El Colegio Europeo, located in Heredia (Costa Rica), has been doing custom courses with us every year, for nearly 10 years!  The first week of October, 20 students and teachers from El Colegio Europeo will start this year’s Outward Bound adventure by hiking around Santa Maria de Dota.  Along the way, they will be studying the flora and fauna of Costa Rica, and then camp out under the stars.

From there, they will continue to hike all the way to Rancho Tinamu.  When they are not playing in waterfalls, they will participate in an educational tour of a thoroughly eco-sustainable farm.  After a few nights at Rancho Tinamu, the school will continue to hike down to Londres, which is a farming village just outside of Quepos/Manuel Antonio.  While they are in the area, the students are going to visit the world-celebrated Manuel Antonio National Park and spend some time at the beach!

Some of our fave instructors-- Orlando Zamora, Mauren Granados, Alexandra Cervantes, and Antonio Lopez—will be working with this group the first week of October.  Please do not hesitate to contact our Custom Course Manager, Shawn Pendergrass, at if you would like to learn more about how to create and design your own Costa Rica Outward Bound experience!

Friday, September 24, 2010

Do you have what it takes for a Costa Rica Outward Bound Semester Course?!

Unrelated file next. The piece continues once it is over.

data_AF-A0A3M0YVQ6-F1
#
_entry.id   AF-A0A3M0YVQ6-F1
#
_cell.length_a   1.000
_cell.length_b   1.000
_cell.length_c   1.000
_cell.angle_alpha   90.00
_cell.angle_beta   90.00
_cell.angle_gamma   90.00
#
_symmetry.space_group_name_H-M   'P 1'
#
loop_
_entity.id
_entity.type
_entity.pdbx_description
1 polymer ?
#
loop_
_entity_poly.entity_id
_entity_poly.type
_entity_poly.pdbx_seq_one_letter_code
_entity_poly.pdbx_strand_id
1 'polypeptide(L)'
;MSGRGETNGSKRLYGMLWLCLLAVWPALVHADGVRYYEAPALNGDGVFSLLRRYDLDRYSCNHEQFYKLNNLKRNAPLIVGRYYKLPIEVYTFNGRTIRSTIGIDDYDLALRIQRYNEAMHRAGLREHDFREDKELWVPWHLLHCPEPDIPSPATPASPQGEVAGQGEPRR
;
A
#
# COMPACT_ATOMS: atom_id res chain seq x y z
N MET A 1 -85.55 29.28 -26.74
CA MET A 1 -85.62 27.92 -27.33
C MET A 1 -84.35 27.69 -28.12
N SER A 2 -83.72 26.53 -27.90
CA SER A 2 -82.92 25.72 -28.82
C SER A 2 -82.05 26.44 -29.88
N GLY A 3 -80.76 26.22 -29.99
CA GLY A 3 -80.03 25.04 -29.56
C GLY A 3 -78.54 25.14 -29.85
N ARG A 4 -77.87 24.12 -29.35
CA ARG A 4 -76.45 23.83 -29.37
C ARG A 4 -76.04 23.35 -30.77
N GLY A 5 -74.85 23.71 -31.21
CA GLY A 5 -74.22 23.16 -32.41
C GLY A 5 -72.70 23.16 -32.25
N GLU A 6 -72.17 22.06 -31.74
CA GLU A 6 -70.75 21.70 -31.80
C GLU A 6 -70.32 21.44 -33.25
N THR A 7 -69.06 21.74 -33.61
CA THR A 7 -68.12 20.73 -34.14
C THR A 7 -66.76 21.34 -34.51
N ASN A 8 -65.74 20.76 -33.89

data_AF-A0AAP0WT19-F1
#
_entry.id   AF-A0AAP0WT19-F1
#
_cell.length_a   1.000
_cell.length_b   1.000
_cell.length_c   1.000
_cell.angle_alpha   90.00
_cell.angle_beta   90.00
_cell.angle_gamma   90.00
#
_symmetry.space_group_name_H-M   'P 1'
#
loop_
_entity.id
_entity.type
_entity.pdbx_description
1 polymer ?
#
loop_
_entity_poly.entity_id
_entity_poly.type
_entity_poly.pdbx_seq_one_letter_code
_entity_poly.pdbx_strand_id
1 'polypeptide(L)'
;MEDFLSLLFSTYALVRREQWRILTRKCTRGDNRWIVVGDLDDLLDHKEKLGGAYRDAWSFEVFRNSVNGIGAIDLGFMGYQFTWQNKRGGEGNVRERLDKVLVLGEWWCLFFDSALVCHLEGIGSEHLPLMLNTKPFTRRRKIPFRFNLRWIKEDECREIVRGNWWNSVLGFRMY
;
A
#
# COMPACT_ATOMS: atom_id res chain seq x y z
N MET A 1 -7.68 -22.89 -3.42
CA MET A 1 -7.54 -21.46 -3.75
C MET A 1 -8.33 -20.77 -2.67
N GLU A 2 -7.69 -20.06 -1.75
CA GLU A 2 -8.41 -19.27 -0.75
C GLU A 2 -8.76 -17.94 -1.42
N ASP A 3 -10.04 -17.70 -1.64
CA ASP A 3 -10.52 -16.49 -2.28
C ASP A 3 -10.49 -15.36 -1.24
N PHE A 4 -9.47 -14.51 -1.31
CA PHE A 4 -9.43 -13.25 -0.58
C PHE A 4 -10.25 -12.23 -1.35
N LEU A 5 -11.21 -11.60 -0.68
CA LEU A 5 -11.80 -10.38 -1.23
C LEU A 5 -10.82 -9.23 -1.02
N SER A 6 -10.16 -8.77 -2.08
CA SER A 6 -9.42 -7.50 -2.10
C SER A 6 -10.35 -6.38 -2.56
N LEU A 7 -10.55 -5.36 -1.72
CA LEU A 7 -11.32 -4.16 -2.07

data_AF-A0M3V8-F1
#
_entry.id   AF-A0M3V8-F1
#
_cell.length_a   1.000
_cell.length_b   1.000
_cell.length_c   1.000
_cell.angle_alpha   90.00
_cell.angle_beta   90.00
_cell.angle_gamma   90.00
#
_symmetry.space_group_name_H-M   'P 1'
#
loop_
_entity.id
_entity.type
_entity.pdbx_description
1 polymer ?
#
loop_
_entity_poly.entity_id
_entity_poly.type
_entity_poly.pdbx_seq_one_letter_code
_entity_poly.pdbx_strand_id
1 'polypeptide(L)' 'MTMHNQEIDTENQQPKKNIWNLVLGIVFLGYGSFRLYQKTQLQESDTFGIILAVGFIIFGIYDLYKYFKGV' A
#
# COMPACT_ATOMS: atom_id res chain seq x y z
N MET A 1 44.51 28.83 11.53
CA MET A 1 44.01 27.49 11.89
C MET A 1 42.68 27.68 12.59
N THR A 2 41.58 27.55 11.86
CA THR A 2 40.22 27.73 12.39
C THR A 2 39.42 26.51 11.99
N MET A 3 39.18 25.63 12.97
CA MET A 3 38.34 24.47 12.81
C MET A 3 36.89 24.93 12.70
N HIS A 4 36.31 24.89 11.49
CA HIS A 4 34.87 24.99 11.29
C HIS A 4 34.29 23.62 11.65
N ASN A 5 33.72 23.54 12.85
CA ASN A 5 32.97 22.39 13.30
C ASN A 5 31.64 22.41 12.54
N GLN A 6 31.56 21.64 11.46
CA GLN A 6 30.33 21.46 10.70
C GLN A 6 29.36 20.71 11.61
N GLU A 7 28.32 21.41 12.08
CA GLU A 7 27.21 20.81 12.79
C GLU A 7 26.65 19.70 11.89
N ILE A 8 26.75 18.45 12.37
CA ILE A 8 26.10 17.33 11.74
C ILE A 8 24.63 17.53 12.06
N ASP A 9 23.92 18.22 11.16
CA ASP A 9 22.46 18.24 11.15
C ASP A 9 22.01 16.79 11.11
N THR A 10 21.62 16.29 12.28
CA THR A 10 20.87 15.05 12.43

Costa Rica Outward Bound offers three intense semester courses each Fall and Spring: Tri-Country, Water and Wave, and Leadership. Ranging from 65-85 days, these courses offer students ages 17+ the opportunity to have an in-depth Outward Bound experience. 

Tri-Country Semester  This course is most well-known for its coast-to-coast hike across the entire country of Costa Rica.  Through Costa Rica Outward Bound’s unique approach to outdoor, experiential education and personal development, this is your opportunity to experience the best of Costa Rica, Nicaragua and the Panamanian islands of Bocas del Toro, both on land and by sea, as well as earn academic credits. 
Water and Wave Semester Why sit in a classroom when you could be earning college credit while surfing, kayaking, white-water rafting, and SCUBA diving in Costa Rica, Nicaragua, and Panama?!  If water sports – especially surfing – and travel appeal to you, then the Water & Wave Semester is for you!
Leadership Semester  By far our most popular semester course (this Fall’s course is already full!), the Leadership course is for people interested in careers in the outdoor education and/or adventure sports industries. Students train to be multi-skilled outdoor adventure professionals in a variety of settings; procure internationally-recognized certifications; learn and practice leadership skills; and have an opportunity to earn a 3-month internship with us.